The Stanford B & B

With movies and television, the people who are getting the IV drug treatments all sit together in one big room.

Perhaps this gang-drip is a creative liberty taken by the writers because it allows us to watch the characters interact.  And when they do, they invariably say things that make us laugh and cry.

In any case, by Stanford, each patient gets their own “bay”, a medical cubicle with curtains for walls that provide a limited privacy.  You can hear, but not see, the other people on the unit.

Normally, there isn’t much to see, and what action there is, well, mostly it’s the kind you didn’t really want to see anyway.

Besides, any real excitement that is going to happen is going to happen in my room.

This morning, the bottle containing my medication broke.  An extremely spontaneous event during an ordinarily monotonous routine.  Shards of glass.  1000 ml of fluid.  Everywhere.  Good thing it wasn’t blood.

Fortunately, I am the relaxed type.  My heart rate didn’t spike.  My blood pressure didn’t rise.  We know this for the sure because there was actually a machine monitoring my vital statistics at the very moment of the spill.

Not everyone is so easy-going.  Some people can be annoying.  They give other people a hard time.

Today there was a woman who didn’t like her bay.  She was checking out all the bays like she was checking in to a B&B.  Scrutinizing every room to make sure she got the best one.  And giving a rather rude commentary throughout her inspection.

I just go wherever they put me.  The rooms all serve the same purpose and we’re only there a few hours.  They all have the same medical equipment.  They all have the same TVs and headphones.  They all have the same internet wi-fi.

But the rooms are not all the same.  Some are a bit larger.  Some have windows.  Some have chairs with heated seats.  Heated seats!  There are few things that give me more pleasure than heated seats.  And windows!  Everyone knows I bought my apartment strictly for the greenhouse effect.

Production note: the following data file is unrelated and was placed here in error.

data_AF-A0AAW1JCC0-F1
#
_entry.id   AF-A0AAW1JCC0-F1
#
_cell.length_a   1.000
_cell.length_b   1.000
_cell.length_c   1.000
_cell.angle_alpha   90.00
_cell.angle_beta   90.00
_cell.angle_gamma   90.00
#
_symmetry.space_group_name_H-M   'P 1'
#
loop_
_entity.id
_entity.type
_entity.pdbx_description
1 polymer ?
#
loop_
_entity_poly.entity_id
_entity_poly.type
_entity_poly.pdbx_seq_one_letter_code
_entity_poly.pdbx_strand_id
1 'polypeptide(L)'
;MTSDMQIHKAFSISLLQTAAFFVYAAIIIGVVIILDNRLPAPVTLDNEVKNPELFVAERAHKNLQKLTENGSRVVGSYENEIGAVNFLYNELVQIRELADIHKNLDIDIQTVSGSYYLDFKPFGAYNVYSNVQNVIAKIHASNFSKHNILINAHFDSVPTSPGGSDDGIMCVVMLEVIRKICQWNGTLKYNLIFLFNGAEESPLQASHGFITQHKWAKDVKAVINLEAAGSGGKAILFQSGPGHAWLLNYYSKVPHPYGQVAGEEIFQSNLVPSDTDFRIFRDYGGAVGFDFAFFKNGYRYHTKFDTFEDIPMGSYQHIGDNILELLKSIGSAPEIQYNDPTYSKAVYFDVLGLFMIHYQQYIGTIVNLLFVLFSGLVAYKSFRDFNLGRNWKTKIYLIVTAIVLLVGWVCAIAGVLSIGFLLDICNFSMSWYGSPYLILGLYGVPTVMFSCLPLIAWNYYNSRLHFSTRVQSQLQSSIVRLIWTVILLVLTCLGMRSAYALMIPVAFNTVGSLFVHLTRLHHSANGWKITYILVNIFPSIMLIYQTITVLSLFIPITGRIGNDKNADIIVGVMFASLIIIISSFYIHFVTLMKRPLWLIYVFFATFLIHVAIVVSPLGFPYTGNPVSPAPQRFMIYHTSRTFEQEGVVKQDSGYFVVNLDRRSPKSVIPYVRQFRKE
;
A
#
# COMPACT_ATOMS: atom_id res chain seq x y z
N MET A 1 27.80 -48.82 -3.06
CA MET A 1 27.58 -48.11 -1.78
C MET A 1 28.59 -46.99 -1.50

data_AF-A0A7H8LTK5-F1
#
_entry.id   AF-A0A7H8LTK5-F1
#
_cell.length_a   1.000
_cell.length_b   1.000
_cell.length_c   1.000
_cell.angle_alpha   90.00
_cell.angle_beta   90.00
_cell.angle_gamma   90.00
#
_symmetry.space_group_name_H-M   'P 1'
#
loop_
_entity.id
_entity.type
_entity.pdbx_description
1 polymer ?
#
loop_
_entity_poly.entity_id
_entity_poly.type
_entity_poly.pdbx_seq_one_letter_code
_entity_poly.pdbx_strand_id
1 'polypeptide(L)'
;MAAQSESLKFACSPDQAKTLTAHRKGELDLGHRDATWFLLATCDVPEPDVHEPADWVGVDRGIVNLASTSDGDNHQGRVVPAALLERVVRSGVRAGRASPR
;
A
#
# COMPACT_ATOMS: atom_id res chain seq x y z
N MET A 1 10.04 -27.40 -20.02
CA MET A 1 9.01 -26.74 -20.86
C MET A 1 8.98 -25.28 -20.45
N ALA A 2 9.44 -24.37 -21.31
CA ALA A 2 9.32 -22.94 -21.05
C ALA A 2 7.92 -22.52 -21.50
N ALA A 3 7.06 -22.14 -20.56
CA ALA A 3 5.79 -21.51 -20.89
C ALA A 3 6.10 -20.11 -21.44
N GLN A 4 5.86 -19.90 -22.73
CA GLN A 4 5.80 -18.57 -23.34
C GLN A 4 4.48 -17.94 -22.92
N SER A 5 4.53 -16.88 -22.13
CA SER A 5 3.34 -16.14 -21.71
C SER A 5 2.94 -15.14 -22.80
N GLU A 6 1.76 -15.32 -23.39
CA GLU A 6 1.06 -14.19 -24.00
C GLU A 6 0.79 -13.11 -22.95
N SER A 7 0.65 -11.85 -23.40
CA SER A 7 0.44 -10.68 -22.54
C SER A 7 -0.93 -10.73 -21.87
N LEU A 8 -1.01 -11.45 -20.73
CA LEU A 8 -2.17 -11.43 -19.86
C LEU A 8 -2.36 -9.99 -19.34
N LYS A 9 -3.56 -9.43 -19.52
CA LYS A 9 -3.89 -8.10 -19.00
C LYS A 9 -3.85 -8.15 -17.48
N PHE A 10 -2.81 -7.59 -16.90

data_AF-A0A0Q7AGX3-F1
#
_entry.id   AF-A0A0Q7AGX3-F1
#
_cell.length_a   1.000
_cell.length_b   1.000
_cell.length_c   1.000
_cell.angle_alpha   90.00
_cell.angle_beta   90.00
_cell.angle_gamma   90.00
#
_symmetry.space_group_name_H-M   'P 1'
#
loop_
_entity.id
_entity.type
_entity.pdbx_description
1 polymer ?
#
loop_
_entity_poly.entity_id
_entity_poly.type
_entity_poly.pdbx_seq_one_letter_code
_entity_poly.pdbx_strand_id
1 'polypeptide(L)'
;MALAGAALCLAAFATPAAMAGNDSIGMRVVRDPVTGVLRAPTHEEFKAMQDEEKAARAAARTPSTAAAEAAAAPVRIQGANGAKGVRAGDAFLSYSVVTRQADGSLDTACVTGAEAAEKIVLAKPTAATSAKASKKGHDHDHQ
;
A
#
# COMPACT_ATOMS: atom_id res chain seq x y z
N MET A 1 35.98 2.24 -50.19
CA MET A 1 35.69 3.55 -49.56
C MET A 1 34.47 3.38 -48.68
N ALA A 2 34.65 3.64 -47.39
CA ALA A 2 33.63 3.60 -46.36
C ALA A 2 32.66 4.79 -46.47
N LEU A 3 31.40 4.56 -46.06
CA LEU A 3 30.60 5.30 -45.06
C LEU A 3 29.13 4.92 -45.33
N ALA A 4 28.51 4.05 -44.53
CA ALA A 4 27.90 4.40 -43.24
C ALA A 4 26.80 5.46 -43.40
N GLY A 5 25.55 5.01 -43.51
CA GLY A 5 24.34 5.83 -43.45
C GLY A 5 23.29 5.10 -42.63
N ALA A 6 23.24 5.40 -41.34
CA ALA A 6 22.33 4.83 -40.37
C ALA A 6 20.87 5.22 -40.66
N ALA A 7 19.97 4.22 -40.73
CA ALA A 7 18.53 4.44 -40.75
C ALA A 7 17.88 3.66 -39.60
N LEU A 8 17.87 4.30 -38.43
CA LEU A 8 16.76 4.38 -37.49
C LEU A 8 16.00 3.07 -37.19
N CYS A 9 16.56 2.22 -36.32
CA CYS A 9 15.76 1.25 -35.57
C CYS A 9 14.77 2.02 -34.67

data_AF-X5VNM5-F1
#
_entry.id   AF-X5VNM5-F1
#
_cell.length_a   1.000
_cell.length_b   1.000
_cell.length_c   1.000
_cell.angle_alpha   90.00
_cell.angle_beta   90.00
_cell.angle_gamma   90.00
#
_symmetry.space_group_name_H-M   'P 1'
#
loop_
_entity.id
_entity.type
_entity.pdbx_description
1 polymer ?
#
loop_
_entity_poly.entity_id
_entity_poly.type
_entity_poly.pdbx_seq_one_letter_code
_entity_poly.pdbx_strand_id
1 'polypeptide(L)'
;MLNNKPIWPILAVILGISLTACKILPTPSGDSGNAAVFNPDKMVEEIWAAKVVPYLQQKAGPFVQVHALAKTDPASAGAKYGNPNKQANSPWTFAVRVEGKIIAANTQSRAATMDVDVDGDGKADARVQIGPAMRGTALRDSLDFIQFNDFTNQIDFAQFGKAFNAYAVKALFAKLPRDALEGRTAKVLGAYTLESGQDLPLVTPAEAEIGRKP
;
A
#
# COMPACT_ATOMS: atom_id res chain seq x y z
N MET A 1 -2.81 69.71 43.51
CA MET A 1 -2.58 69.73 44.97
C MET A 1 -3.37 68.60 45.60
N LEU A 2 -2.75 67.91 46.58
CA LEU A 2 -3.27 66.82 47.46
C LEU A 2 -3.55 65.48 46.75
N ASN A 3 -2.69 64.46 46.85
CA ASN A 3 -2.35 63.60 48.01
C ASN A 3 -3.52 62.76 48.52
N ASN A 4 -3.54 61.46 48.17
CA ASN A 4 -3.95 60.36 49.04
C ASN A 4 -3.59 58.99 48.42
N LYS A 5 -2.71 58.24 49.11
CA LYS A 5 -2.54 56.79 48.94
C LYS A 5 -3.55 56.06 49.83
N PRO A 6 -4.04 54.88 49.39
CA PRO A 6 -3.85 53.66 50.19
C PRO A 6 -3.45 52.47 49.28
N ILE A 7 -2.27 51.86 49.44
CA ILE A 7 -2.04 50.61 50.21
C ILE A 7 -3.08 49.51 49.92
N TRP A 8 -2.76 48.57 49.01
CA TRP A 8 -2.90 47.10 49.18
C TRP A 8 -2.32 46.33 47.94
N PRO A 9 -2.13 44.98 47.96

Still, even I should see that one of the nicer bays is vacant, I would never ask to move.  It is not my way.  It might make inconvenience on the nurses.

When we were growing up, we were not allowed to ask for anything.  We were told that we should be grateful for what we had because we didn’t deserve even that.

My mother had two standard responses for any inquiry, no matter how urgent, no matter how paltry.

If she was in the rare good mood, as soon as you said “Ma?” she would respond, “Whatever it is, the answer is no” so you never even got to ask the thing in the first place.

If she was in her usual foul mood, she would let you ask and then respond by screaming, “How dare you?  How dare you?  You ingrate!  If you think for one minute —”

[Edited for content.  Unsuitable for readers of any age.]

In any event, we never learned how to ask for what we want.  We only learned we should never ask, we should never want.  But now, I am thinking the woman reviewing the bays, well, she was just asking.  She could have been more polite, but the worst they could do to her was to say no.  Maybe this is what it means to be assertive.

It could be that there is something for me to absorb at the clinic that doesn’t come in a liquid form.

© 2013 Jaclyn Schrier. All rights reserved.

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